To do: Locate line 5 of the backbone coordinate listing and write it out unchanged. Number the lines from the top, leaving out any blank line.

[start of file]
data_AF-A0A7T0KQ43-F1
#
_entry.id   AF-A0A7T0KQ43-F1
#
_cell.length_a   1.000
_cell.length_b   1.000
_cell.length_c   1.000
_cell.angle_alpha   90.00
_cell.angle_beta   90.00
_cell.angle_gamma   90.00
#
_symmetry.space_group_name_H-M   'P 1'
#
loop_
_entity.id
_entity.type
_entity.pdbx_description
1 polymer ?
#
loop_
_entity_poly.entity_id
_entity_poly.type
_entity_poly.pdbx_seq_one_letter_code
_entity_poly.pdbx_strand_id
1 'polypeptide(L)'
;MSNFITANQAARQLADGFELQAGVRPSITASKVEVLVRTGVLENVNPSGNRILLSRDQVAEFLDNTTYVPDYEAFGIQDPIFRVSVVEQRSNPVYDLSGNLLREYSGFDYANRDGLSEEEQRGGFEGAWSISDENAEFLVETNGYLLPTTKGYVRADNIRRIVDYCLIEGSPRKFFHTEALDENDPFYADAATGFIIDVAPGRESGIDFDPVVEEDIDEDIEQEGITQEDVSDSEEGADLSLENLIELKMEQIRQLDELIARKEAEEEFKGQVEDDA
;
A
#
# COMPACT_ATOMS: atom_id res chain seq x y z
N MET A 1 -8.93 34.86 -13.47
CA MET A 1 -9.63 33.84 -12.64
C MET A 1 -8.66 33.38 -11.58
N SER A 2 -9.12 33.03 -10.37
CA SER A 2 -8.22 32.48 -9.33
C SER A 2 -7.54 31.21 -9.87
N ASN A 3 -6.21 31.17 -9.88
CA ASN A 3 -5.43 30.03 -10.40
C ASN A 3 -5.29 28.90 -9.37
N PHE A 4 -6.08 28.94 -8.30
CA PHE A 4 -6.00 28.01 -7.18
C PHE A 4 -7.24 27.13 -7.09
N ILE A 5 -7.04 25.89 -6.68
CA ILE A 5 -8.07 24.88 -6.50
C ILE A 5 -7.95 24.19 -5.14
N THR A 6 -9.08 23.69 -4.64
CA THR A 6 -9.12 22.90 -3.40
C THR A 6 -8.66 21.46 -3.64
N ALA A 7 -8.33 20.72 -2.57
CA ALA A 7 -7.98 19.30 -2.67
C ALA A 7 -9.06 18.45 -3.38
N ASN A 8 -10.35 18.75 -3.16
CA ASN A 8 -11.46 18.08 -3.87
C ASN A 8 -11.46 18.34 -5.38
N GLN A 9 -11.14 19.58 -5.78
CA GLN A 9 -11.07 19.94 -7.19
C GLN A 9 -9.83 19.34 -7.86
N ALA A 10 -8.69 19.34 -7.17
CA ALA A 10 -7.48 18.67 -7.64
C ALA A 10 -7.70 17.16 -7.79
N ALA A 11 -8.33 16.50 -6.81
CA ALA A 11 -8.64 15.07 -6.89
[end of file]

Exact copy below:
_cell.length_a   1.000